Overweight in Children and Adolescents Associated with TV Viewing and Parental Weight. Project HeartBeat!

School of Public Health, Division of Epidemiology and Community Health, University of Minnesota, 1300 South Second Street, Minneapolis, MN 55454, USA.
American journal of preventive medicine (Impact Factor: 4.53). 08/2009; 37(1 Suppl):S50-5. DOI: 10.1016/j.amepre.2009.04.017
Source: PubMed


Parental obesity and TV viewing are risk factors for childhood obesity. This study assessed the association of children's TV viewing and computer use with body mass and examined whether parental weight status modified the association.
Cross-sectional associations of parental weight status, hours of TV viewing and computer use, and children's body composition were studied in a subsample of 526 black and nonblack children, aged 8, 11, and 14 years at baseline, enrolled in Project HeartBeat!, a longitudinal study of cardiovascular disease risk factors, 1991-1995. BMI, fat-free mass (FFM), and percent body fat (PBF) were calculated from children's body composition measured at baseline. Children's TV viewing and computer use habits and parental height and weight were self-reported. Multivariate regression analysis was used in assessing inter-relations of parental weight status and child's TV viewing and computer use habits with BMI, FFM, PBF, and risk for overweight status (BMI > or =85th percentile), adjusting for age, gender, race, and Tanner stage.
Children of one or two overweight/obese parents watched an average of 22+/-6 minutes or 30+/-11 minutes more TV per day than children of normal-weight parents, respectively (both p<0.01). In multivariate regression analyses, BMI and PBF increased significantly by 0.42 kg/m(2) and 1.14% (both p<0.001), respectively, for each hour of TV watched among children with overweight parents, but not for those with normal-weight parents (p(interaction)<0.05). Similar results were observed for total screen time.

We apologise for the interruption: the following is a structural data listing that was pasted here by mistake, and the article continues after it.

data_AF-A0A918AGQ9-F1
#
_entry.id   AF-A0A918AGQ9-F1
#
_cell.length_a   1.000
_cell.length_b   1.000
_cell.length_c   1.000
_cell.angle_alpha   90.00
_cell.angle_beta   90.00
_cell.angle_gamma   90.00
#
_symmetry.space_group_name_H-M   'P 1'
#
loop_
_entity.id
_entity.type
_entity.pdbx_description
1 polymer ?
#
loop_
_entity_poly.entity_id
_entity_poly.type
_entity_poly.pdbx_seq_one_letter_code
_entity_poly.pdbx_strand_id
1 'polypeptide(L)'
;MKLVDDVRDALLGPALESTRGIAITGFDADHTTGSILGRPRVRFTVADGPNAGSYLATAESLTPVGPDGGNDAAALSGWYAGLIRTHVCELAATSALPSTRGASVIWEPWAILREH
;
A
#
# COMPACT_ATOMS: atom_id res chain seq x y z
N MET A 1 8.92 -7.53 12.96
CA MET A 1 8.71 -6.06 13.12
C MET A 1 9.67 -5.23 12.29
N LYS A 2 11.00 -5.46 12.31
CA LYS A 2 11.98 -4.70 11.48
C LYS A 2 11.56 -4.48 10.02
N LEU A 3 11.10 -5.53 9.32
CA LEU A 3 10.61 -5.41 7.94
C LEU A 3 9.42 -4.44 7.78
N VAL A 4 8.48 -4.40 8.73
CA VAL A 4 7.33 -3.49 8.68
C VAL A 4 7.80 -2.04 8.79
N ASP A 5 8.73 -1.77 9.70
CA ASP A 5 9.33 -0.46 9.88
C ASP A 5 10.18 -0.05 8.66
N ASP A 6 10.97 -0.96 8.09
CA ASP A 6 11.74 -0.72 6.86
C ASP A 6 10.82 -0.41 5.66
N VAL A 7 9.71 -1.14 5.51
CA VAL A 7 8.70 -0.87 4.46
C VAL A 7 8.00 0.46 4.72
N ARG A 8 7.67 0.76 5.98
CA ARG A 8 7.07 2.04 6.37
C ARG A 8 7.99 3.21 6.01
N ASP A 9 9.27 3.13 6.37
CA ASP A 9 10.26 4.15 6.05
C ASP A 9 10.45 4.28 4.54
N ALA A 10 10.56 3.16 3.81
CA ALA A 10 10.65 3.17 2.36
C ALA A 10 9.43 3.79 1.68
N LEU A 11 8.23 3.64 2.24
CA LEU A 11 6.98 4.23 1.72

These study findings are consistent with a genetic contribution of parental weight; however, overweight/obese parents may also exhibit behavior patterns that negatively influence children's TV viewing and have an impact on child overweight status. The effect of parental BMI on children's BMI may have both a genetic and an environmental linkage.

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    • "Research has also found that in children with overweight parents, a greater length of time spent by parents watching television or using the computer is associated with an increased likelihood of children being overweight. However, no significant association was observed when parents were not overweight [26]. In the present study, we found that after controlling for parent's overweight, television viewing or computer use remained significantly associated with BMI trajectories, confirming the negative impact of frequent television viewing and computer use on BMI trajectory. "
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    ABSTRACT: This study explored developmental trajectory patterns of BMI and associated factors. Participants included 1,609 students who were followed from age 7 to 12 years. Data collection involved annual self-administered questionnaires and records of height and weight. An ecological model was used to identify the factors associated with BMI trajectories. Group-based trajectory models and multinomial logit models were used in the statistical analysis. There were gender differences in BMI trajectories. Among boys, four BMI trajectories were normal or slightly underweight, persistently normal weight, overweight becoming obese, and persistently obese. Among girls, four BMI trajectories were persistently slightly underweight, persistently normal weight, persistently overweight, and persistently obese. The mean BMI in each trajectory group demonstrated an upward trend over time. In boys, BMI trajectories were significantly associated with after-school exercise, academic performance, family interactions, overweight parents, and father's education level. In girls, BMI trajectories were significantly associated with television viewing or computer use, family interactions, peer interactions, and overweight parents. Children under age 7 years who are already overweight or obese are an important target for interventions. The different factors associated with BMI trajectories can be used for targeting high risk groups.
    Journal of obesity 07/2014; 2014:728762. DOI:10.1155/2014/728762